13. Descendant Of Smith 13

    Regardless of any financial global crisis NZ was always going to be in trouble as the baby boomers retired:

    1. Not enough provision made for their NZS payments
    2. Over speculation in property which will all come on the market at once = the one they live in and their rentals
    3. An economy made buoyant by their no mortgage, no kids, two income life style
    4. Health care costs

    What was known and has been known for years is that these people would turn 65 from 2010 onwards – an unmovable, unchangeable, fixed point in time.

    Consequences are clearly –

    1. More money needed for NZS or a reduction in entitlements
    2. Lots of jobs as they retire / become unwell
    3. Lots more jobs as they need care
    4. Lots of 3 bedroom houses on the market as they die off and sell
    5. Greater need for public transport as they lose their licenses

    The number of unemployed will take care of themselves over this time – if we invest in training and up-skilling – bashing people on benefit and cutting training programs is exactly the wrong way to go.

    halfwits – halfwits – halfwits

    • ZeeBop 13.1

      Consequences are clearly –

      1. More money needed for NZS or a reduction in entitlements
      2. Lots of jobs as they retire / become unwell
      3. Lots more jobs as they need care
      4. Lots of 3 bedroom houses on the market as they die off and sell
      5. Greater need for public transport as they lose their licenses

      Three bedroom homes within cycle distance of work and play
      will be worth much more, with oil prices and people who want
      to get ahead, those living there will ditch the guzzler to reap
      the benefits of location. Its not happened yet because of the
      mismatched building sector, building cheap nasty sprawl paid
      for by rate payers to have fine new roads and pipes put into
      former farmland. Inner city is dead at night, even the evenings
      because council decided that all the small apartments are to be
      scarce and so drive up their price. Personally young people
      need to move away from their family home to an inner
      city, no car, socially rich, to make the connections, make
      the discoveries about who and what they want, and an inner
      city experience would do that. So I’m shocked at how little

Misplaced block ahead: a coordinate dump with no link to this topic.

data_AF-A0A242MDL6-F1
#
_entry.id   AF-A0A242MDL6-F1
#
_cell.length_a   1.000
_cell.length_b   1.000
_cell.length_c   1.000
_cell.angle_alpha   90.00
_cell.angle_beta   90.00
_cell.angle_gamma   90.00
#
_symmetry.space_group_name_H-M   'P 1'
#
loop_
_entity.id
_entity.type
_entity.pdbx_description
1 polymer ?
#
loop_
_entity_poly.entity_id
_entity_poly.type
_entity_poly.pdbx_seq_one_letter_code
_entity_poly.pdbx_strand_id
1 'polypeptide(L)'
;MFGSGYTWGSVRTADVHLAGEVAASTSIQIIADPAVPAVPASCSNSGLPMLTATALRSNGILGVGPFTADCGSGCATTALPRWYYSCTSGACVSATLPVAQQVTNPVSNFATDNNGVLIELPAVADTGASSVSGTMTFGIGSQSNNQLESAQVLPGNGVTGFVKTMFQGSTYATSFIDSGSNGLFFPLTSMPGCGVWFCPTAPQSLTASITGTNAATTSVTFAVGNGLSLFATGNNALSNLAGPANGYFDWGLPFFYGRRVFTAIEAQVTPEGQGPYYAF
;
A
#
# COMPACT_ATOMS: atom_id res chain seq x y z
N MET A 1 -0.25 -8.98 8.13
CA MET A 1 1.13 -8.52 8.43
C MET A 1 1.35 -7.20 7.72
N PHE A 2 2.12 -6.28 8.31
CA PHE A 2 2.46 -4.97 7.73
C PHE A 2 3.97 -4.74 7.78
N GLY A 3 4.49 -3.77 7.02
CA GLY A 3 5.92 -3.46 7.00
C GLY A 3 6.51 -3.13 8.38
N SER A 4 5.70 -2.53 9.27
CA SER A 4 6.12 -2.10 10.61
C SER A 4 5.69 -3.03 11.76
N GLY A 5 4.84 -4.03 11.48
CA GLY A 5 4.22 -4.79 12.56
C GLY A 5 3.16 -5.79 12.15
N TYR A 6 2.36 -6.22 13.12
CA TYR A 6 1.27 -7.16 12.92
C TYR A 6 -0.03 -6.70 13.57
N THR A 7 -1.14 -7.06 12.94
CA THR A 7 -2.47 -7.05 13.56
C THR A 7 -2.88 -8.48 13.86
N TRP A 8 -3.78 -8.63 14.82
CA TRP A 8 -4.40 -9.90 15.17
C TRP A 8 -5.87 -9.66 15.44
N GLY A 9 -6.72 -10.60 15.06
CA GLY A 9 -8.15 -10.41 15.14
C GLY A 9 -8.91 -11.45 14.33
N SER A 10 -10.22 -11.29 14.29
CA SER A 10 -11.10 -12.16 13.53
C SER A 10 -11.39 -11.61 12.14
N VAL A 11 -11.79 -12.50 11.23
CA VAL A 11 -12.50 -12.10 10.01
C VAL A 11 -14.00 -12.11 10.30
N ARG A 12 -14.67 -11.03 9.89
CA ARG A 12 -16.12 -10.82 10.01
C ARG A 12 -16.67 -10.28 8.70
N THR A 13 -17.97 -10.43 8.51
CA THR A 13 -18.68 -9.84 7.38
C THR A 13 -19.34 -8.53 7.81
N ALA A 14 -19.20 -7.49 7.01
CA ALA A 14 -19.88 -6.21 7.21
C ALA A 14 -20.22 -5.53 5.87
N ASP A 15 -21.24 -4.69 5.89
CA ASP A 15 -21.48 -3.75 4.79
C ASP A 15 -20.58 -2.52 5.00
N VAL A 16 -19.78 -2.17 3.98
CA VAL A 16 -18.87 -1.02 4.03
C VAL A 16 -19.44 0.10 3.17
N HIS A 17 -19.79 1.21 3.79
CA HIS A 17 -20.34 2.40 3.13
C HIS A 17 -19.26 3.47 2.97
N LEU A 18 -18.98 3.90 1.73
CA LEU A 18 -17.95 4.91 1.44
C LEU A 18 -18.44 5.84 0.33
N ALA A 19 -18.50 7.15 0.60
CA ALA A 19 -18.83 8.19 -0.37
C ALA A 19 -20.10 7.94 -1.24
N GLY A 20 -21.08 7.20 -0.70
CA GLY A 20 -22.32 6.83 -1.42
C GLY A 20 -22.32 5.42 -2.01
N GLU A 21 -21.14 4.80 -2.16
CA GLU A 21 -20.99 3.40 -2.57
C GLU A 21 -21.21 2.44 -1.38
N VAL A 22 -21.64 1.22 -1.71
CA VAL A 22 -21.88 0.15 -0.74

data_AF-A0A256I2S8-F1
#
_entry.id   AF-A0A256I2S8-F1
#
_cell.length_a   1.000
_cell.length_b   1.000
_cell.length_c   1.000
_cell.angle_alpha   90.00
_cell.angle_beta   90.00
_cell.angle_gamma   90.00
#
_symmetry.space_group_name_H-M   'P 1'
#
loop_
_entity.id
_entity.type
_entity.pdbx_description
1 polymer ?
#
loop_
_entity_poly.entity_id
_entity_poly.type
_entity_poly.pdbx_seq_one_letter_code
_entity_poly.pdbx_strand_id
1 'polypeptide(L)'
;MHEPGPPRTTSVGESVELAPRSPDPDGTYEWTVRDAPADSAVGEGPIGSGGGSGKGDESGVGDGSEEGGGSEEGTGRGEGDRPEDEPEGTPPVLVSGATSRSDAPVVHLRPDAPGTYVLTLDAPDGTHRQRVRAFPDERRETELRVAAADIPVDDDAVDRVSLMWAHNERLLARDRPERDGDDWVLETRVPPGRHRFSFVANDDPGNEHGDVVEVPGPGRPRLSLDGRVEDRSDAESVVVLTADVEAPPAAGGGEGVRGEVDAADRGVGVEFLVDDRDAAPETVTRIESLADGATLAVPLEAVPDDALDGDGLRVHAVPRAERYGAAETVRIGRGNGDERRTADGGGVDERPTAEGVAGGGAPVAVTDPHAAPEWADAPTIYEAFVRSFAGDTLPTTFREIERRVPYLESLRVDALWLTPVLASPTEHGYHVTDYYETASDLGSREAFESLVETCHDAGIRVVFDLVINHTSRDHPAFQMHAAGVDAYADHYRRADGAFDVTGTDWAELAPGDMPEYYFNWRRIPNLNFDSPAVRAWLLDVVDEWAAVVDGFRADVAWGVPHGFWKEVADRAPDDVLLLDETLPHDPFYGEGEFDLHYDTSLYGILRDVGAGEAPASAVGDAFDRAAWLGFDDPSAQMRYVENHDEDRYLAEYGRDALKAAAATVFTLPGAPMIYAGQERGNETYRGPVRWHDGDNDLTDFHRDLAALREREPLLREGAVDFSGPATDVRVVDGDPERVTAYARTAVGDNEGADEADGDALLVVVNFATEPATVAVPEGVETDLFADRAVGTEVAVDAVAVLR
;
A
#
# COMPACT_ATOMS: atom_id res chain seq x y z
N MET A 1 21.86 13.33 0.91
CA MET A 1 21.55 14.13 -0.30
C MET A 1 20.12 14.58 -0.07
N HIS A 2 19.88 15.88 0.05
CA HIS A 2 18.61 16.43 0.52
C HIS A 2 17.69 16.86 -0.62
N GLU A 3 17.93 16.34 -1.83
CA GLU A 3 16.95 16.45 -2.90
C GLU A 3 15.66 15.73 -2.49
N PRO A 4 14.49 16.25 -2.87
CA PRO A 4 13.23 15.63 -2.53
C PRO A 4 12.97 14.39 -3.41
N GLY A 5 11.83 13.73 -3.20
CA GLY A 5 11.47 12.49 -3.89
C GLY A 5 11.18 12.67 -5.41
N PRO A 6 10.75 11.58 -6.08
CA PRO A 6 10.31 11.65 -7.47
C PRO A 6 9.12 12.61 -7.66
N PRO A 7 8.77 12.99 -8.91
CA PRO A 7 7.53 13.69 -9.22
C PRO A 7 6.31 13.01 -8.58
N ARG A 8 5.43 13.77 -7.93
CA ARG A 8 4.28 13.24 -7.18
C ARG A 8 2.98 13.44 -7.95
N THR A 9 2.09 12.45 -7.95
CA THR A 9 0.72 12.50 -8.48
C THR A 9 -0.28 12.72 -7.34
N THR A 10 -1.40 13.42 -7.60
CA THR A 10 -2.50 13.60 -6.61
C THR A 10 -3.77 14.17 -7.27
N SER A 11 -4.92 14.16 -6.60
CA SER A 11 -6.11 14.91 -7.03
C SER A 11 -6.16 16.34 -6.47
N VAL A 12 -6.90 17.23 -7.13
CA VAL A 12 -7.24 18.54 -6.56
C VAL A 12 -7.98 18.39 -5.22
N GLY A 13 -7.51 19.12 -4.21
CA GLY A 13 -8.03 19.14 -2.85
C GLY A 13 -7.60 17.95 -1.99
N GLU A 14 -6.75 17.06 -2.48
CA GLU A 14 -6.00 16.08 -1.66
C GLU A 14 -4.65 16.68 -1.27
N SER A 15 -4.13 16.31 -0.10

there is for young couples to buy in town, the stepping stone
      to a three bedroom home. Young people need government
      to help create stepping stones into home ownership and
      not just throw money (first home buyer) at them.
      Young people, Y and X don’t care about retirement, they know
      as the boomers retire and die that care home places will be
      cheap, finding zimmerframes will not be a problem, drugs
      will be off patent, generic. Jobs will will be freed up as
      boomers retire. So National is just harming the future economy
      by pushing young kiwis to leave. But as a society we don’t
      yet see the reward for giving up the car that will drive the
      move to more choice in housing and better use of cycle
      catchments.

  14. Labour should push this graph and a catch phrase of “Ever Had The Feeling You’ve Been Had New Zealand”:. This utter lie is now exposed – and this ‘debt’ is the ’cause’ for national slashing public services and selling state assets.

  15. nadis 15

    The reason for the increase in private debt is in mostly due to this. Real wages from 2000 to 2008 were actually negative (they are probably negative from 2008 to, so don’t jump up and down and accuse me of being political, I just haven’t got the data for 2009 onwards), but asset prices (private housing stock in particular) grew dramatically due to ridiculous tax preferences and resource planning issues. Households monetized their increased house equity and spent it on a lifestyle their incomes were insufficient to maintain.

    Living on borrowed money is unsustainable, so that, with many other factors gave us the GFC (but remember NZ was already in recession well before the global slow down because of our private debt/lack of real income growth problem.

    The governments fiscal policy is driven by a primary goal – keeping official net debt below 30% (treasury predicts it will peak at 29.6%). 30% is the “safe” level for avoiding ratings agency downgrades. The rationale is to keep interest rates low. Your average mortgage payer is probably $180 a week better of now than they were when National got elected. That’s a way more important effect on individual household incomes than tax cuts etc.